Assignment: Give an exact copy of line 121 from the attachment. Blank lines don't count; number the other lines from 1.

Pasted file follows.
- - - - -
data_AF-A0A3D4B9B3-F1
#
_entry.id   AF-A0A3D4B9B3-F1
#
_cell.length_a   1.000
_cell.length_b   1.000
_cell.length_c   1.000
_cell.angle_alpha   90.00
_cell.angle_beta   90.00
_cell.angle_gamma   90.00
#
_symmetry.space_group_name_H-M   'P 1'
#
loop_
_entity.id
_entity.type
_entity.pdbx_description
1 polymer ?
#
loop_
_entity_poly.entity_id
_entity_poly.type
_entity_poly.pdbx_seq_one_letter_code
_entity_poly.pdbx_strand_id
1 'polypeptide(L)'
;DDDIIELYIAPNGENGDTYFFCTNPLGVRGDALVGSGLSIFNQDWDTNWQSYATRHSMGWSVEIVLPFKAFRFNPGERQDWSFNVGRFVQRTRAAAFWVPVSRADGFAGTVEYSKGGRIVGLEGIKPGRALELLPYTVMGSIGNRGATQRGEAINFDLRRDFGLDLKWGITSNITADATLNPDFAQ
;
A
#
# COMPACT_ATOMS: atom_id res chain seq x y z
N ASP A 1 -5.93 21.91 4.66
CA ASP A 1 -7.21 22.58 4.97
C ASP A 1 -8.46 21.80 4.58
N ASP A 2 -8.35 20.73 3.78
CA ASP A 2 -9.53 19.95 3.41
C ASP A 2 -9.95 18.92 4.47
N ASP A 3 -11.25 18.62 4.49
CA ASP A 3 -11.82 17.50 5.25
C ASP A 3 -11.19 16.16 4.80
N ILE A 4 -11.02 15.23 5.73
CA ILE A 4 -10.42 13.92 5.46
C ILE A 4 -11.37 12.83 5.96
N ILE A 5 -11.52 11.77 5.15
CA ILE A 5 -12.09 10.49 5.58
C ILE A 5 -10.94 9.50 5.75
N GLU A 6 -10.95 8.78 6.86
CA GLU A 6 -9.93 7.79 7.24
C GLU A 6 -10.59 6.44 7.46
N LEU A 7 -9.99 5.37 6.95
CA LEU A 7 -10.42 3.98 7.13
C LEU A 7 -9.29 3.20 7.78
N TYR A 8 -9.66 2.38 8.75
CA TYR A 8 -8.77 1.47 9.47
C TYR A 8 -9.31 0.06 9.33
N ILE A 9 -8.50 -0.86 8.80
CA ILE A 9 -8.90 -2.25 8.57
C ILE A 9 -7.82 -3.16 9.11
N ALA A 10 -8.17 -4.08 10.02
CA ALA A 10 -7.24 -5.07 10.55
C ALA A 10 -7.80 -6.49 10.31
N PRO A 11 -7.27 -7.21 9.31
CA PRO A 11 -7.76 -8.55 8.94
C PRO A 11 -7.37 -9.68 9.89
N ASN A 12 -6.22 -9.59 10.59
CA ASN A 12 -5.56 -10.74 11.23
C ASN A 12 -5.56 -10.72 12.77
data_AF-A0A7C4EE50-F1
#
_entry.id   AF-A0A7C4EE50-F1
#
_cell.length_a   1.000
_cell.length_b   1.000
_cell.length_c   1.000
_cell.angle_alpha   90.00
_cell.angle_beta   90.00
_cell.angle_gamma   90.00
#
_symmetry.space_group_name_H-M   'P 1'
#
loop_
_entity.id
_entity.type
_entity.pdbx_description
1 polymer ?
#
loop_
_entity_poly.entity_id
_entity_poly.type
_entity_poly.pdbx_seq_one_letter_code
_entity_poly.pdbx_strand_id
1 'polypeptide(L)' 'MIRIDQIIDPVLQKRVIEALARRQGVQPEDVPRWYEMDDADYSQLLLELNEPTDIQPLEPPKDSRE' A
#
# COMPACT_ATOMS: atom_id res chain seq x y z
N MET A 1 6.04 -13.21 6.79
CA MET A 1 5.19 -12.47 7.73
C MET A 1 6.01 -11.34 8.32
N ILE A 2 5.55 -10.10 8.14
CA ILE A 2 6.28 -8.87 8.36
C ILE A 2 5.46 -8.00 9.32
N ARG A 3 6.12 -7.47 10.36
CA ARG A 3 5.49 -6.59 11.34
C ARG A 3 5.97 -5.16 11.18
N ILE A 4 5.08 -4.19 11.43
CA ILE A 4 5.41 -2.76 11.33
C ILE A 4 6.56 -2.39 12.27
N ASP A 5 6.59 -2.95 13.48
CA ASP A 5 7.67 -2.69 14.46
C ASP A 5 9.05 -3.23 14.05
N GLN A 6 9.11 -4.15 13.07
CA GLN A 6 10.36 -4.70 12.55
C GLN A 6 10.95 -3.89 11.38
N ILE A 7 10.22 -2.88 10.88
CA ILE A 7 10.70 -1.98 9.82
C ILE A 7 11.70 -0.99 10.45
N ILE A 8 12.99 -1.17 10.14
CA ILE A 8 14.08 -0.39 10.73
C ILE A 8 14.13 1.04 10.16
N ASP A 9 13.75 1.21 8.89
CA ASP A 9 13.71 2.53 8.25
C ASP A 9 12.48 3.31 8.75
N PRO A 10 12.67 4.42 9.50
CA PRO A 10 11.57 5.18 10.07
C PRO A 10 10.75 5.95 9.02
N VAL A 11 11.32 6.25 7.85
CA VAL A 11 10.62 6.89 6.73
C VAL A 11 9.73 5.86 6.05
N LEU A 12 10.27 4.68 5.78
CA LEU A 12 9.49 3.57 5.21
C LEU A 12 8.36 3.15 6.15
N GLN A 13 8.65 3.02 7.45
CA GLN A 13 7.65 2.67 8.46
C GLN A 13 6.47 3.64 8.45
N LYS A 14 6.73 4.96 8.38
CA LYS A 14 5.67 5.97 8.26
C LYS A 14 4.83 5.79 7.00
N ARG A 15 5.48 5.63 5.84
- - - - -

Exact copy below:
N PRO A 10 12.67 4.42 9.50